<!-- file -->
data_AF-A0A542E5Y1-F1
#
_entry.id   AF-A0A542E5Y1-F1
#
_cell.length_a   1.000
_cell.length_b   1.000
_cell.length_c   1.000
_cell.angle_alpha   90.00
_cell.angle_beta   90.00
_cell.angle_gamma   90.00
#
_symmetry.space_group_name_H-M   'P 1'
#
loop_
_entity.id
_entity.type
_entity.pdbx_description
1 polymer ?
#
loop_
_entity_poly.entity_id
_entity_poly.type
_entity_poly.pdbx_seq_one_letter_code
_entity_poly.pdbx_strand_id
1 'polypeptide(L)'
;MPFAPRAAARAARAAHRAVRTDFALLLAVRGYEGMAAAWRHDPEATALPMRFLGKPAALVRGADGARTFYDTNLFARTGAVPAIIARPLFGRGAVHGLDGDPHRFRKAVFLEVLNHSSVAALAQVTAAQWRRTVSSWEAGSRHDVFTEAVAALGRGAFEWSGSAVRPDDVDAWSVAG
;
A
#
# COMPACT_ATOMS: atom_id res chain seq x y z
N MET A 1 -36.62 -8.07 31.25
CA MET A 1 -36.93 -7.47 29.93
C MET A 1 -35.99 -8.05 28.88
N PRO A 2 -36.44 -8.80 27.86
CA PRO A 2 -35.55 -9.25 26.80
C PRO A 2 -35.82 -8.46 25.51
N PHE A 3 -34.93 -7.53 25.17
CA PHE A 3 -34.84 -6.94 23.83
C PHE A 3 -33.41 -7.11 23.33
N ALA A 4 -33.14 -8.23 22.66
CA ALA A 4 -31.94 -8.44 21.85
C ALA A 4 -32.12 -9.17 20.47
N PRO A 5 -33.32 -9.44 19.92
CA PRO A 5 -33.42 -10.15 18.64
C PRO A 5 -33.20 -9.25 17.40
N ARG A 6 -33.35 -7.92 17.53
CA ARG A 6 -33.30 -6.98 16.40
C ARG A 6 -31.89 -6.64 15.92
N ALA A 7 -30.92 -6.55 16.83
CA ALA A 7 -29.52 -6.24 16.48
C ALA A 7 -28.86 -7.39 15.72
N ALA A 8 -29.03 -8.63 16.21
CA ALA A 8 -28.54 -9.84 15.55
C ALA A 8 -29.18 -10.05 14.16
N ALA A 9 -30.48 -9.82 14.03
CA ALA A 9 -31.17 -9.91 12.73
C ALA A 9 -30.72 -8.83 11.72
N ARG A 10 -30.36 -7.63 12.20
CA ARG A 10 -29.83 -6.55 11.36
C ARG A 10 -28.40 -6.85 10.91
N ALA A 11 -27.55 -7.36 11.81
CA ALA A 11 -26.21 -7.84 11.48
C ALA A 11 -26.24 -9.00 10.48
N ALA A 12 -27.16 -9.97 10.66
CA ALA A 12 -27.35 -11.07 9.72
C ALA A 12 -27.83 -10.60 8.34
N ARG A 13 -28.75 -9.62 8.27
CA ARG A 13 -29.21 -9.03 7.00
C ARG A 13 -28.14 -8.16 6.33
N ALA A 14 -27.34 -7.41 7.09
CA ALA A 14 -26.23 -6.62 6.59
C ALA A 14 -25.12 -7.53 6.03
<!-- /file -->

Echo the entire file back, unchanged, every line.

data_AF-A0A542E5Y1-F1
#
_entry.id   AF-A0A542E5Y1-F1
#
_cell.length_a   1.000
_cell.length_b   1.000
_cell.length_c   1.000
_cell.angle_alpha   90.00
_cell.angle_beta   90.00
_cell.angle_gamma   90.00
#
_symmetry.space_group_name_H-M   'P 1'
#
loop_
_entity.id
_entity.type
_entity.pdbx_description
1 polymer ?
#
loop_
_entity_poly.entity_id
_entity_poly.type
_entity_poly.pdbx_seq_one_letter_code
_entity_poly.pdbx_strand_id
1 'polypeptide(L)'
;MPFAPRAAARAARAAHRAVRTDFALLLAVRGYEGMAAAWRHDPEATALPMRFLGKPAALVRGADGARTFYDTNLFARTGAVPAIIARPLFGRGAVHGLDGDPHRFRKAVFLEVLNHSSVAALAQVTAAQWRRTVSSWEAGSRHDVFTEAVAALGRGAFEWSGSAVRPDDVDAWSVAG
;
A
#
# COMPACT_ATOMS: atom_id res chain seq x y z
N MET A 1 -36.62 -8.07 31.25
CA MET A 1 -36.93 -7.47 29.93
C MET A 1 -35.99 -8.05 28.88
N PRO A 2 -36.44 -8.80 27.86
CA PRO A 2 -35.55 -9.25 26.80
C PRO A 2 -35.82 -8.46 25.51
N PHE A 3 -34.93 -7.53 25.17
CA PHE A 3 -34.84 -6.94 23.83
C PHE A 3 -33.41 -7.11 23.33
N ALA A 4 -33.14 -8.23 22.66
CA ALA A 4 -31.94 -8.44 21.85
C ALA A 4 -32.12 -9.17 20.47
N PRO A 5 -33.32 -9.44 19.92
CA PRO A 5 -33.42 -10.15 18.64
C PRO A 5 -33.20 -9.25 17.40
N ARG A 6 -33.35 -7.92 17.53
CA ARG A 6 -33.30 -6.98 16.40
C ARG A 6 -31.89 -6.64 15.92
N ALA A 7 -30.92 -6.55 16.83
CA ALA A 7 -29.52 -6.24 16.48
C ALA A 7 -28.86 -7.39 15.72
N ALA A 8 -29.03 -8.63 16.21
CA ALA A 8 -28.54 -9.84 15.55
C ALA A 8 -29.18 -10.05 14.16
N ALA A 9 -30.48 -9.82 14.03
CA ALA A 9 -31.17 -9.91 12.73
C ALA A 9 -30.72 -8.83 11.72
N ARG A 10 -30.36 -7.63 12.20
CA ARG A 10 -29.83 -6.55 11.36
C ARG A 10 -28.40 -6.85 10.91
N ALA A 11 -27.55 -7.36 11.81
CA ALA A 11 -26.21 -7.84 11.48
C ALA A 11 -26.24 -9.00 10.48
N ALA A 12 -27.16 -9.97 10.66
CA ALA A 12 -27.35 -11.07 9.72
C ALA A 12 -27.83 -10.60 8.34
N ARG A 13 -28.75 -9.62 8.27
CA ARG A 13 -29.21 -9.03 7.00
C ARG A 13 -28.14 -8.16 6.33
N ALA A 14 -27.34 -7.41 7.09
CA ALA A 14 -26.23 -6.62 6.59
C ALA A 14 -25.12 -7.53 6.03